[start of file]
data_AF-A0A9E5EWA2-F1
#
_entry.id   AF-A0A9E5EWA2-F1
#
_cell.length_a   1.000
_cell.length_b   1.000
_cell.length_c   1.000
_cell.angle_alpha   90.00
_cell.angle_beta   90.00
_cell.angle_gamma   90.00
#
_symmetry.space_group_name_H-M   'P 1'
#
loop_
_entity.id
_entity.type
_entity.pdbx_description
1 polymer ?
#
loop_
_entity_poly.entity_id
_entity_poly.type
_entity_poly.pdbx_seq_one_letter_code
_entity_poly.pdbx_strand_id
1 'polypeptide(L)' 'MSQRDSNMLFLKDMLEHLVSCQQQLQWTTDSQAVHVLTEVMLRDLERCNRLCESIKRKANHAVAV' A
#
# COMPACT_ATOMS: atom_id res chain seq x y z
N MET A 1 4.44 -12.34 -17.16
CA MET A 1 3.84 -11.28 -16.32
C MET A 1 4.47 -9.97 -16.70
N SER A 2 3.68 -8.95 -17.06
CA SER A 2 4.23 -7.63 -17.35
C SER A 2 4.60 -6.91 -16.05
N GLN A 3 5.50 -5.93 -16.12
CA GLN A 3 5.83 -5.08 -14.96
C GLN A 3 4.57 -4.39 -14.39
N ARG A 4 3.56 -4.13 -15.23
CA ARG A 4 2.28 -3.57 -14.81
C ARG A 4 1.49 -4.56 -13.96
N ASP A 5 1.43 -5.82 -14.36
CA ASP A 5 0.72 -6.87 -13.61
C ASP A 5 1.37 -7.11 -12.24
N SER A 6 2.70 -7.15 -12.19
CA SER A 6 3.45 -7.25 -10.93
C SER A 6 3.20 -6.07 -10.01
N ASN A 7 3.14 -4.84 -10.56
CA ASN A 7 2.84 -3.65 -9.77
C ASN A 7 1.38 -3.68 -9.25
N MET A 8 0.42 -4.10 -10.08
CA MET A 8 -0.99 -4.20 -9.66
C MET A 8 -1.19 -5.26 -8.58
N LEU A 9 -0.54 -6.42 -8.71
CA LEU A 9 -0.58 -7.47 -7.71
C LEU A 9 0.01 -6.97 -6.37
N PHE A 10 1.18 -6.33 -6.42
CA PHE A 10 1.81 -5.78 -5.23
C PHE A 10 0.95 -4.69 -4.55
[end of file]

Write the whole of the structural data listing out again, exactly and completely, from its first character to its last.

data_AF-A0A9E5EWA2-F1
#
_entry.id   AF-A0A9E5EWA2-F1
#
_cell.length_a   1.000
_cell.length_b   1.000
_cell.length_c   1.000
_cell.angle_alpha   90.00
_cell.angle_beta   90.00
_cell.angle_gamma   90.00
#
_symmetry.space_group_name_H-M   'P 1'
#
loop_
_entity.id
_entity.type
_entity.pdbx_description
1 polymer ?
#
loop_
_entity_poly.entity_id
_entity_poly.type
_entity_poly.pdbx_seq_one_letter_code
_entity_poly.pdbx_strand_id
1 'polypeptide(L)' 'MSQRDSNMLFLKDMLEHLVSCQQQLQWTTDSQAVHVLTEVMLRDLERCNRLCESIKRKANHAVAV' A
#
# COMPACT_ATOMS: atom_id res chain seq x y z
N MET A 1 4.44 -12.34 -17.16
CA MET A 1 3.84 -11.28 -16.32
C MET A 1 4.47 -9.97 -16.70
N SER A 2 3.68 -8.95 -17.06
CA SER A 2 4.23 -7.63 -17.35
C SER A 2 4.60 -6.91 -16.05
N GLN A 3 5.50 -5.93 -16.12
CA GLN A 3 5.83 -5.08 -14.96
C GLN A 3 4.57 -4.39 -14.39
N ARG A 4 3.56 -4.13 -15.23
CA ARG A 4 2.28 -3.57 -14.81
C ARG A 4 1.49 -4.56 -13.96
N ASP A 5 1.43 -5.82 -14.36
CA ASP A 5 0.72 -6.87 -13.61
C ASP A 5 1.37 -7.11 -12.24
N SER A 6 2.70 -7.15 -12.19
CA SER A 6 3.45 -7.25 -10.93
C SER A 6 3.20 -6.07 -10.01
N ASN A 7 3.14 -4.84 -10.56
CA ASN A 7 2.84 -3.65 -9.77
C ASN A 7 1.38 -3.68 -9.25
N MET A 8 0.42 -4.10 -10.08
CA MET A 8 -0.99 -4.20 -9.66
C MET A 8 -1.19 -5.26 -8.58
N LEU A 9 -0.54 -6.42 -8.71
CA LEU A 9 -0.58 -7.47 -7.71
C LEU A 9 0.01 -6.97 -6.37
N PHE A 10 1.18 -6.33 -6.42
CA PHE A 10 1.81 -5.78 -5.23
C PHE A 10 0.95 -4.69 -4.55